Auto loan customers can expect closer scrutiny
Despite reports of financing problems in larger markets across the country, local car buyers with good credit should have no problem getting auto loans, automobile dealers and banks say.
“If you’ve got poor credit, that’s been scrutinized more, but not good credit,” said Mick Patkes, a sales team member at Tjelmeland Laketown Automotive. “There’s a lot of low-prime institutions that deal with people with marginal credit. A lot of that has dried up, and that’s getting tougher just like it has in the housing market. That’s tougher in any market.
But as far as the car market and good credit, it’s not a problem, it really isn’t.”
With the credit crunch in full force and a Wall Street bailout package yet to take effect, national media reports say money is scarce for auto dealers, auto-finance companies and other lenders who finance auto loans, and when it is available, it’s at a high rate, even for prime borrowers.
Not so in Springfield, where local banks and credit unions say plenty of money is available for lending.
“I don’t think any of your local banks are having any trouble making a car loan if you qualify. I think everybody’s more than willing to do it,” said Tom Marantz, chairman and chief executive officer of Bank of Springfield. “Community banks are in good shape, and I think we’ll keep lending money like we always have. Even, say, if you were a subprime borrower with bad credit, you can rehabilitate that and get loans, but it’s not, at the national level, as loose as it’s been.”
Other local banks say they, too, have not tightened their credit and don’t plan to in the immediate future.
Lori Ernst, vice president of lending at Heartland Credit Union, said credit unions typically have always required good credit scores, so their standards have not changed.
“We never changed our standards during the (lending) heyday, and we haven’t changed our standards now. If you have good credit and you’ve maintained good credit, then we can help you out,” she said. “Part of the reason why we do have money to lend is we didn’t get into a lot of risky lending. We have the high credit standards we’ve always had.”
Many of the troubles national lenders are experiencing has led to business being sent instead to local banks and credit unions, Ernst said. In fact, September was Heartland’s best month for auto lending through its indirect program, in which the credit union finances automobiles through dealerships.
Micah Bartlett, president of Town and Country Financial Corp., parent company of Town & Country Bank of Springfield, said his institution also has not cut back on auto loans.
“I suspect that they’re finding that more of the pullback has come from a captive finance market, which are the large automakers with their own finance arms and the big national players who are having to make those decisions across the nation,” he said.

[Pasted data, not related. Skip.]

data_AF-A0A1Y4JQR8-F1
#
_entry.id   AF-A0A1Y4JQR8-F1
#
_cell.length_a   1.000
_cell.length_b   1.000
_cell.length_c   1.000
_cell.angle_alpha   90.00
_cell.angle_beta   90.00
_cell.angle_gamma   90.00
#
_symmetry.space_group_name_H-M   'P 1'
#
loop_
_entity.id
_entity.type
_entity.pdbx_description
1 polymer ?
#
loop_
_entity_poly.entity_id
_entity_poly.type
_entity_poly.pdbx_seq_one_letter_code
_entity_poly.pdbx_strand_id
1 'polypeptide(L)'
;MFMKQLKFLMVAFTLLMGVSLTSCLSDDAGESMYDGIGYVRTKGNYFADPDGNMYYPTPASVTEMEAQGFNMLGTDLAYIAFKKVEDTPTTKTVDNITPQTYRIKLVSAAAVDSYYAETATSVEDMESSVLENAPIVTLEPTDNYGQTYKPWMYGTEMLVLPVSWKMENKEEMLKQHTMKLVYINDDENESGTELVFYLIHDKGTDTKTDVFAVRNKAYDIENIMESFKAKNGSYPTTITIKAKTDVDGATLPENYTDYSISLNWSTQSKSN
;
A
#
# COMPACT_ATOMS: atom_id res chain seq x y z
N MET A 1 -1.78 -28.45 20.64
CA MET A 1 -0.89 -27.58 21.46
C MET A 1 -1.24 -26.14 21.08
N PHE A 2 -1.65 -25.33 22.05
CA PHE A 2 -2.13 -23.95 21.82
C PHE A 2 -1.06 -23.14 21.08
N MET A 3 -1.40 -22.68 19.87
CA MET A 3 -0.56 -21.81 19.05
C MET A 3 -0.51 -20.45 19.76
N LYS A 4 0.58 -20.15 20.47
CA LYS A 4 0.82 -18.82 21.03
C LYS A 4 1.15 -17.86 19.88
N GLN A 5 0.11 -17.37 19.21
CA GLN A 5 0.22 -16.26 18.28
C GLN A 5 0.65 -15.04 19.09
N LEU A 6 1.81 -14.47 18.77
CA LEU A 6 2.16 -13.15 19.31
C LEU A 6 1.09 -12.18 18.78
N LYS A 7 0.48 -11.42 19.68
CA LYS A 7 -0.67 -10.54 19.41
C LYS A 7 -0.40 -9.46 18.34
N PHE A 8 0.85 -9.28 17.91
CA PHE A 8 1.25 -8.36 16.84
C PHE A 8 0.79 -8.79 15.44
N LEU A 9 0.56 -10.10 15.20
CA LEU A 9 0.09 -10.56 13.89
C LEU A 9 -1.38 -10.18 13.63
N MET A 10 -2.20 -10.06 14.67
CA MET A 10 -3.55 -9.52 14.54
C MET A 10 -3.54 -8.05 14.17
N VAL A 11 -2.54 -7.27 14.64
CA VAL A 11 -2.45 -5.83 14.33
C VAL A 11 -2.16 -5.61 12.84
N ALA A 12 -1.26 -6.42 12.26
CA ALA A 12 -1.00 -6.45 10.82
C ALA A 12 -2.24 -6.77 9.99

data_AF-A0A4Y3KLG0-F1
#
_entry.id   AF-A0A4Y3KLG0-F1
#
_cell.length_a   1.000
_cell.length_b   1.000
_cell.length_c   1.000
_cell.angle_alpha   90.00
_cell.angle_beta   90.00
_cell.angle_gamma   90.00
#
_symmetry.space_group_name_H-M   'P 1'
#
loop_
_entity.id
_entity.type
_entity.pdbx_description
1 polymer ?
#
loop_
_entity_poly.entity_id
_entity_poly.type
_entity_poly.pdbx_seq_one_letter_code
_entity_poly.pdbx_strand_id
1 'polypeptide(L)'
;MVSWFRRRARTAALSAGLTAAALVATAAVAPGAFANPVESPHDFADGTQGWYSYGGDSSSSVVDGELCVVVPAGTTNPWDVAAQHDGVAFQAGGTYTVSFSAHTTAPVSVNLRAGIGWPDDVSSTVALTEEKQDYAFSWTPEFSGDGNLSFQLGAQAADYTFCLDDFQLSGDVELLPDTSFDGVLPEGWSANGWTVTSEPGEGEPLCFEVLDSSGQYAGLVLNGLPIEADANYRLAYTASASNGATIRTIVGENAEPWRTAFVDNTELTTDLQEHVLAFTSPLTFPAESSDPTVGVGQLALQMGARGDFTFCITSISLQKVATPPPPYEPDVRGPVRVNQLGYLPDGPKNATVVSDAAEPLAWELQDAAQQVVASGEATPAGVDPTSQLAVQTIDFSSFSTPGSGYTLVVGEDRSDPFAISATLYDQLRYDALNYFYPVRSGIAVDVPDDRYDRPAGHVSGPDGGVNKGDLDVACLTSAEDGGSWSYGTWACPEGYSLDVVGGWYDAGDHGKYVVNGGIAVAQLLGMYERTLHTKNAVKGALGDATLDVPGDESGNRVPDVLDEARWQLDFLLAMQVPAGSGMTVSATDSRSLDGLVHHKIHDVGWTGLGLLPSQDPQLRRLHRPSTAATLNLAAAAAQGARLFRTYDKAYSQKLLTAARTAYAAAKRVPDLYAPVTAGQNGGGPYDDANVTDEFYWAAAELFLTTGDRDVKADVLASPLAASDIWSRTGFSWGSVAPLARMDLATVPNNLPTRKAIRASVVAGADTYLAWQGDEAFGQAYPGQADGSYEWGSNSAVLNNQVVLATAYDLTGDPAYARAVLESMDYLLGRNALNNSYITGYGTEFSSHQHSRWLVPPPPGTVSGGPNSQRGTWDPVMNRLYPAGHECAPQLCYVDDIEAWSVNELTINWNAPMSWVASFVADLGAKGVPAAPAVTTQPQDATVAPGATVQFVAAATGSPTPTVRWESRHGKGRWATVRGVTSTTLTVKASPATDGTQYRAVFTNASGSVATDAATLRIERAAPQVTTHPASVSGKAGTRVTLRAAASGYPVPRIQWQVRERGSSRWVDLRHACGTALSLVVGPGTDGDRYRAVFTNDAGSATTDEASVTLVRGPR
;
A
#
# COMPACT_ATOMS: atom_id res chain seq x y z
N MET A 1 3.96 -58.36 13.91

As a local enterprise, Bartlett noted that Town and Country can make lending decisions specific to its market and customers.
“The credit markets certainly will affect Springfield as they affect the rest of the world, so depending on market events, banks will continue to have to re-evaluate their lending practices. In the short run, here, dealing with your local bank is still the best option,” he said.
Local auto dealers as well say they have not turned away anyone with good credit.
Blair Molumby, general sales manager for Royal Oaks Nissan, said he’s kept up with national reports and has been “kind of waiting for the ball to drop.”
But that’s yet to occur, he said.
“There hasn’t been a huge spike in rates or anything. And it all depends on the specific customer, due to their past credit history, how much money they put down,” he said. “We’ve had no trouble financing loans. Not one bit.”
A recent car shopper, Trevor Planck of Taylorville, said news reports about the credit crisis nationally had caused some concern before he went to Tjelmeland Laketown Automotive last month to buy a Nissan Altima.
“I needed a more economic means for transportation,” he said. “I found that getting financing was easy. It was no problem at all.”
He said he didn’t feel his credit history was scrutinized any more closely than it would have been in the past.
Joel Tjelmeland, owner of the dealership, said auto loans in the secondary markets are tough, but it’s always been that way.
“It’s gotten to be a little bit tighter than it used to be. It still is not impossible, they’ve just changed some of the lending parameters,” he said, noting that lenders are now using the Black Book, a wholesale guide, to evaluate the amount of financing as opposed to figures from the National Automobile Dealers Association.
Tjelmeland’s advice to buyers is to shop around for loans.
“If they find the car they like, they may have to do a little bit of legwork on their own, maybe even going into a lender directly,” he said.
At S&K Pontiac GMC, general sales manager Chris Tate said he’s noticed a slight difference, with some banks wanting to be “a little safer” with loans, such as asking for a larger down payment. But he stressed that loans for customers are readily available.
“We are pretty lucky here in the Springfield area because we’re not as affected as the urban areas are. Our economy with the state workers here is fairly stable,” he said.
Tate also said that his management team has established a good business relationship with the banks.
“There’s a certain percentage of customers that have less-than-desirable credit, and that’s always been. I think over the years that’s been climbing with more people with credit problems,” he said.
“We’re just maybe having to work a little harder to convince a bank that a guy is good and this guy deserves a loan.”
Amanda Reavy can be reached at (217) 788-1525 email@example.com.